After a good lunch we were each instructed to make one or several maquettes of our chosen animal.  We had been given the brief beforehand and the suggested subject for this course was a farmyard animal, although this was not prescriptive, and those who had an entirely different kind of creature in mind were encouraged to follow their own idea.

Not having tacked any kind of animal standing on four legs before, I felt that a farm animal would be challenge enough and I plumped for a goat, for no other reason than that I think they have sweet faces.  I came armed with sheaves of photographs I had taken at a local rare breeds farm and, as the week progressed, was grateful for the preparation I had done.  My first attempt, however, was not a success: never having worked this way before, I think I tried to put too much detail into my model, with the result that I completely forgot to put it in an interesting pose or give it any ‘life’.  I then spent a sleepless night fretting and fearing that I was going to be spending the next three days struggling and fighting to get anything out of the clay.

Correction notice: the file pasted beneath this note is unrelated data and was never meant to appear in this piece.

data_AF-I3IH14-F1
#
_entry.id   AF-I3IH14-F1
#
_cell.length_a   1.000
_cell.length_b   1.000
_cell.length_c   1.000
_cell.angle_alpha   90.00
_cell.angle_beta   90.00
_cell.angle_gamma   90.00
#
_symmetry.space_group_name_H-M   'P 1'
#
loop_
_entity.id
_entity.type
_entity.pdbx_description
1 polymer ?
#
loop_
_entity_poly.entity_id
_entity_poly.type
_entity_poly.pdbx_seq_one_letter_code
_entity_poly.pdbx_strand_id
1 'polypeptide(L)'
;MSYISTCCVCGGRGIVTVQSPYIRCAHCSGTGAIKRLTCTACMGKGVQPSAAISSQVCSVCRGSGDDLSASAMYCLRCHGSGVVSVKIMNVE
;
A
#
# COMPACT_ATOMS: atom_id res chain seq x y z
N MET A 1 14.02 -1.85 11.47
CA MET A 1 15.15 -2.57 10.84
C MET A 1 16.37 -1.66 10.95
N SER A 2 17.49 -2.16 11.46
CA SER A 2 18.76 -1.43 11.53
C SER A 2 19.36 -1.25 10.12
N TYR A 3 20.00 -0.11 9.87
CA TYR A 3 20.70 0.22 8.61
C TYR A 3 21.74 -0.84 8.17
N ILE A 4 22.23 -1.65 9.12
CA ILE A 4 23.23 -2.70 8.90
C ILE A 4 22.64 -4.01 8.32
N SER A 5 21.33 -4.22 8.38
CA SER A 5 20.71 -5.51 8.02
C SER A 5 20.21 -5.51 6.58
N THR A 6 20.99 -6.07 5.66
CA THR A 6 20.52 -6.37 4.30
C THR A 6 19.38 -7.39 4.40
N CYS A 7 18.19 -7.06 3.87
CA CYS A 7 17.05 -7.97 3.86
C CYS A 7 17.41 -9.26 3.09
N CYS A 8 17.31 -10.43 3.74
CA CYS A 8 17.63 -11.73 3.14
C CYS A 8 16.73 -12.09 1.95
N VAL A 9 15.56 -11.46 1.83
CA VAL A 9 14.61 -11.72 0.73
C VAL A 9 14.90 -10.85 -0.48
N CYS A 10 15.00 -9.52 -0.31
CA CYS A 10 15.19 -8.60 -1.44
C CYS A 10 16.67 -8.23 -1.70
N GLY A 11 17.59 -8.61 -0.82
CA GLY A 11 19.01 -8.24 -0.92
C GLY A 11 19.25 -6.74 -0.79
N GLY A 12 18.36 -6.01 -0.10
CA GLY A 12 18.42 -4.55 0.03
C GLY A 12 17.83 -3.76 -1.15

I buttonholed Brendan at morning coffee the following day and basically threw myself on his mercy, explaining that I hated what I had done so far and had no idea how to get back on track.

"There’s always one on every course!" he responded, cheerfully, before talking me through what I liked/disliked about my maquette and what I wanted to achieve from the final sculpture.  He encouraged me to play around with the clay and make a few more studies; experiment with different attitudes and really look at the way a goat is put together in real life.  He didn’t have to say it, but I knew how much I have neglected my sketch books in recent years, and resolved to get into good habits of life drawing when I got back to my own studio, since there is no more certain key to successful sculpting than to be completely familiar with your subject.